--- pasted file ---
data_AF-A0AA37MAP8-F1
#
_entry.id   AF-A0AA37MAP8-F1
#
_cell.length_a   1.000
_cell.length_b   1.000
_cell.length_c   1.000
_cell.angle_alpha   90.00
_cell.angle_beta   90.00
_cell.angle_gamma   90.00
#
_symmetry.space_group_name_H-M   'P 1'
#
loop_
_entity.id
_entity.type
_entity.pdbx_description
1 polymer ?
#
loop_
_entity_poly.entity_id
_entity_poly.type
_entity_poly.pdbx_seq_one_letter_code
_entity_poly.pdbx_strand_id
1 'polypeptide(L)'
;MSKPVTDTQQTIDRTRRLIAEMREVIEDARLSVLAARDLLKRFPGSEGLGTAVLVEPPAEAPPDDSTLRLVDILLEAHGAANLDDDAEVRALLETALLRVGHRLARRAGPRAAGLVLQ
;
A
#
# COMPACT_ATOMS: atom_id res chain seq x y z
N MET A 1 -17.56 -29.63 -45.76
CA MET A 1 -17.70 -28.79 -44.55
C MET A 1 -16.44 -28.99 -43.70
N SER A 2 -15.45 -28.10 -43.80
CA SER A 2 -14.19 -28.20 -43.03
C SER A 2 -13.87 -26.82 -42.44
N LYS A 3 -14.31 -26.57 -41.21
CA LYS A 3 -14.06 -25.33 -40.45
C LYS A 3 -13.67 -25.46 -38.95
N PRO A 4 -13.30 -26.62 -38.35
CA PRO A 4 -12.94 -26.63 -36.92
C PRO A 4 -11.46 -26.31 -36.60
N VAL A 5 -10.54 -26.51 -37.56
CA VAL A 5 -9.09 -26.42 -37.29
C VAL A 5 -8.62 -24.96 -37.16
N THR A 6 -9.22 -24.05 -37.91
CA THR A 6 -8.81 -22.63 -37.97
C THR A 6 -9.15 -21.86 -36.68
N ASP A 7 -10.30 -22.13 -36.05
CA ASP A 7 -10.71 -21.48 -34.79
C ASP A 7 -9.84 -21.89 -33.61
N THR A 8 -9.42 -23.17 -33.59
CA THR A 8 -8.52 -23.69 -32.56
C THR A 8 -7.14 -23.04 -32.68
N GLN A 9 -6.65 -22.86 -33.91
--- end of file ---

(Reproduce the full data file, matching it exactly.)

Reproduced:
data_AF-A0AA37MAP8-F1
#
_entry.id   AF-A0AA37MAP8-F1
#
_cell.length_a   1.000
_cell.length_b   1.000
_cell.length_c   1.000
_cell.angle_alpha   90.00
_cell.angle_beta   90.00
_cell.angle_gamma   90.00
#
_symmetry.space_group_name_H-M   'P 1'
#
loop_
_entity.id
_entity.type
_entity.pdbx_description
1 polymer ?
#
loop_
_entity_poly.entity_id
_entity_poly.type
_entity_poly.pdbx_seq_one_letter_code
_entity_poly.pdbx_strand_id
1 'polypeptide(L)'
;MSKPVTDTQQTIDRTRRLIAEMREVIEDARLSVLAARDLLKRFPGSEGLGTAVLVEPPAEAPPDDSTLRLVDILLEAHGAANLDDDAEVRALLETALLRVGHRLARRAGPRAAGLVLQ
;
A
#
# COMPACT_ATOMS: atom_id res chain seq x y z
N MET A 1 -17.56 -29.63 -45.76
CA MET A 1 -17.70 -28.79 -44.55
C MET A 1 -16.44 -28.99 -43.70
N SER A 2 -15.45 -28.10 -43.80
CA SER A 2 -14.19 -28.20 -43.03
C SER A 2 -13.87 -26.82 -42.44
N LYS A 3 -14.31 -26.57 -41.21
CA LYS A 3 -14.06 -25.33 -40.45
C LYS A 3 -13.67 -25.46 -38.95
N PRO A 4 -13.30 -26.62 -38.35
CA PRO A 4 -12.94 -26.63 -36.92
C PRO A 4 -11.46 -26.31 -36.60
N VAL A 5 -10.54 -26.51 -37.56
CA VAL A 5 -9.09 -26.42 -37.29
C VAL A 5 -8.62 -24.96 -37.16
N THR A 6 -9.22 -24.05 -37.91
CA THR A 6 -8.81 -22.63 -37.97
C THR A 6 -9.15 -21.86 -36.68
N ASP A 7 -10.30 -22.13 -36.05
CA ASP A 7 -10.71 -21.48 -34.79
C ASP A 7 -9.84 -21.89 -33.61
N THR A 8 -9.42 -23.17 -33.59
CA THR A 8 -8.52 -23.69 -32.56
C THR A 8 -7.14 -23.04 -32.68
N GLN A 9 -6.65 -22.86 -33.91